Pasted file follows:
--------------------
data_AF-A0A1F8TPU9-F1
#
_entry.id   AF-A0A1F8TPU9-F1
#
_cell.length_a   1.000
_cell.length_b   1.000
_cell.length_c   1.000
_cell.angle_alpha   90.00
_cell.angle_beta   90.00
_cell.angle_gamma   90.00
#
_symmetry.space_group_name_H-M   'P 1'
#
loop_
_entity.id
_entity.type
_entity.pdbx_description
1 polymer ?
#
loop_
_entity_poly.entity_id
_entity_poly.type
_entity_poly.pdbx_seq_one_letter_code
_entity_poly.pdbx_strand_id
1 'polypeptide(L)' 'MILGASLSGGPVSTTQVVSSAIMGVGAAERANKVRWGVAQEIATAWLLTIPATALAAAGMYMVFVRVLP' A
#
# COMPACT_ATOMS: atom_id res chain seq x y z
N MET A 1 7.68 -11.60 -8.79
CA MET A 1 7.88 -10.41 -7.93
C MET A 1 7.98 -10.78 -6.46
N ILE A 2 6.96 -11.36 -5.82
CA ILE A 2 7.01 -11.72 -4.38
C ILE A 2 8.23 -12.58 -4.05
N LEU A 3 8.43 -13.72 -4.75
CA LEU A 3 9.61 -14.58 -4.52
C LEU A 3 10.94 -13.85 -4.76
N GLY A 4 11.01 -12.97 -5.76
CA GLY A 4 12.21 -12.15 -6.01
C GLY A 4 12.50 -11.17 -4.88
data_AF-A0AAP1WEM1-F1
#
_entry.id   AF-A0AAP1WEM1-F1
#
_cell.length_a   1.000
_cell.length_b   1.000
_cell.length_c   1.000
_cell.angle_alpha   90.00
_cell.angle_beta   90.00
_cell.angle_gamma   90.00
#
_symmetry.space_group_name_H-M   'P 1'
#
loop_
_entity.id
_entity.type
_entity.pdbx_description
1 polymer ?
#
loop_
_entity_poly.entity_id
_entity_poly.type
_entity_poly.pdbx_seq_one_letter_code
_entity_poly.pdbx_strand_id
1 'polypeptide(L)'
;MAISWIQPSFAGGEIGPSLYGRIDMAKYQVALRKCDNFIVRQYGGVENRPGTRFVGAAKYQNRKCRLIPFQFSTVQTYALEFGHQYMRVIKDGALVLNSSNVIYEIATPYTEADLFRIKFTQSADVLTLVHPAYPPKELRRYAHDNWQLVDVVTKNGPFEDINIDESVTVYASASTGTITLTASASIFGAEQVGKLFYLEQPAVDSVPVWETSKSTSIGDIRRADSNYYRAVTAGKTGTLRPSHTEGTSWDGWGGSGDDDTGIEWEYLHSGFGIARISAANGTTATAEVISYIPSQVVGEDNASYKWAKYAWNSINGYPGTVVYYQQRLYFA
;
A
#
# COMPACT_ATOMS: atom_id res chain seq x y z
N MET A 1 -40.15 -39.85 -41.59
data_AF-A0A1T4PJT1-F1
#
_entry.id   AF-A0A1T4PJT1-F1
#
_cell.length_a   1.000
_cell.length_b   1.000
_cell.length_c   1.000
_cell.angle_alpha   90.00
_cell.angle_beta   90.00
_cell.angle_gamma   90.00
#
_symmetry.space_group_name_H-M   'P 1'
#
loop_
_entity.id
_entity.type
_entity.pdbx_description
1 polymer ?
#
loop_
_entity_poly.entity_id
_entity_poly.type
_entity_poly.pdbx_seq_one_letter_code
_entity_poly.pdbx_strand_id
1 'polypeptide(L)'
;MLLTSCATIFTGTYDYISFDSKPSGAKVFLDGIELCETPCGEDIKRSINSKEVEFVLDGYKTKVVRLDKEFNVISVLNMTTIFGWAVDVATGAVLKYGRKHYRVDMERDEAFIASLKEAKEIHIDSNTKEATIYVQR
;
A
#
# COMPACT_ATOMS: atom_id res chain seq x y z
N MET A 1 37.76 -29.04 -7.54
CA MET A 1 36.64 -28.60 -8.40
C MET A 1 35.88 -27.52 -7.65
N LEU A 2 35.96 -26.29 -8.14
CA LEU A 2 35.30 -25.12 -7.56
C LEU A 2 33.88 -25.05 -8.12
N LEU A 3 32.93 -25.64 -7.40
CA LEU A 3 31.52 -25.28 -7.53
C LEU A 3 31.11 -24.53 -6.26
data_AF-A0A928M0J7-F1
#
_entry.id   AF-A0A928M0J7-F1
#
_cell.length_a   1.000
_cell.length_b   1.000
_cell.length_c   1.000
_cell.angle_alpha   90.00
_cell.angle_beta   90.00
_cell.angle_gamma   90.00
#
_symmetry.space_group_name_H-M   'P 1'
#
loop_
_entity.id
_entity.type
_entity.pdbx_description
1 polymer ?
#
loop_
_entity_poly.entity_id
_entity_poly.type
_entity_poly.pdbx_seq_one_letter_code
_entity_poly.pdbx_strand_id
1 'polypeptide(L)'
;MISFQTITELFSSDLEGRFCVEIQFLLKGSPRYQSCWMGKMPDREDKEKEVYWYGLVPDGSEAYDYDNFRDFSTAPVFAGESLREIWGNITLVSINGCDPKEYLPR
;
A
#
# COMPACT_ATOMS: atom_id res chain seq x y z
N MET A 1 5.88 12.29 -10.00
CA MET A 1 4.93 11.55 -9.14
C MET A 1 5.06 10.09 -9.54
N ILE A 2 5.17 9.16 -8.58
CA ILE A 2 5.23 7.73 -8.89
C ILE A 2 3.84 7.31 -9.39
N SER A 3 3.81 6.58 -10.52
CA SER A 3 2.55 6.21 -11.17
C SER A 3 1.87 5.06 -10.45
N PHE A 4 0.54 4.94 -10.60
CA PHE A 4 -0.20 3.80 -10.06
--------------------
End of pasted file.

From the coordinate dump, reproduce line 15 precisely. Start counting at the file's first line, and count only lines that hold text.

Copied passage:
_entity.id